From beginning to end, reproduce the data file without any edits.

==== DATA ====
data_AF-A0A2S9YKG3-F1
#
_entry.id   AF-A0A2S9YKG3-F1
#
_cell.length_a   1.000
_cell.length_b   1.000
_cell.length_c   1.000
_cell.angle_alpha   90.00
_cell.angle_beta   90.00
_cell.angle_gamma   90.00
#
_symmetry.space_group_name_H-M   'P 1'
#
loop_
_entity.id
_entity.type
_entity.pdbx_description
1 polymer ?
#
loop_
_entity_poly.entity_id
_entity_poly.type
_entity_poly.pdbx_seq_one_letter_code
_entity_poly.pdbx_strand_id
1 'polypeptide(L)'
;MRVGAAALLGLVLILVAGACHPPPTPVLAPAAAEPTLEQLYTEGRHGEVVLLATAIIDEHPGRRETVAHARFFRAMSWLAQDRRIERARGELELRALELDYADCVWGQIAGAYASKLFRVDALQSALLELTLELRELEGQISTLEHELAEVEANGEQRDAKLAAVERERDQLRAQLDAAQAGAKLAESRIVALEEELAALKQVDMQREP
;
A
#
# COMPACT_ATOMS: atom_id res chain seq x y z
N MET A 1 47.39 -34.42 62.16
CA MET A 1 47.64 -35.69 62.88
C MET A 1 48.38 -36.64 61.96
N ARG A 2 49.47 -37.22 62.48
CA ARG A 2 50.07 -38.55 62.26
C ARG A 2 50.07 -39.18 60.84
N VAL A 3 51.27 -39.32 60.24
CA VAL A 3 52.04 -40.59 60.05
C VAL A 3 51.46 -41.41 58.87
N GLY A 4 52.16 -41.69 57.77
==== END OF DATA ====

data_AF-A0A2S9YKG3-F1
#
_entry.id   AF-A0A2S9YKG3-F1
#
_cell.length_a   1.000
_cell.length_b   1.000
_cell.length_c   1.000
_cell.angle_alpha   90.00
_cell.angle_beta   90.00
_cell.angle_gamma   90.00
#
_symmetry.space_group_name_H-M   'P 1'
#
loop_
_entity.id
_entity.type
_entity.pdbx_description
1 polymer ?
#
loop_
_entity_poly.entity_id
_entity_poly.type
_entity_poly.pdbx_seq_one_letter_code
_entity_poly.pdbx_strand_id
1 'polypeptide(L)'
;MRVGAAALLGLVLILVAGACHPPPTPVLAPAAAEPTLEQLYTEGRHGEVVLLATAIIDEHPGRRETVAHARFFRAMSWLAQDRRIERARGELELRALELDYADCVWGQIAGAYASKLFRVDALQSALLELTLELRELEGQISTLEHELAEVEANGEQRDAKLAAVERERDQLRAQLDAAQAGAKLAESRIVALEEELAALKQVDMQREP
;
A
#
# COMPACT_ATOMS: atom_id res chain seq x y z
N MET A 1 47.39 -34.42 62.16
CA MET A 1 47.64 -35.69 62.88
C MET A 1 48.38 -36.64 61.96
N ARG A 2 49.47 -37.22 62.48
CA ARG A 2 50.07 -38.55 62.26
C ARG A 2 50.07 -39.18 60.84
N VAL A 3 51.27 -39.32 60.24
CA VAL A 3 52.04 -40.59 60.05
C VAL A 3 51.46 -41.41 58.87
N GLY A 4 52.16 -41.69 57.77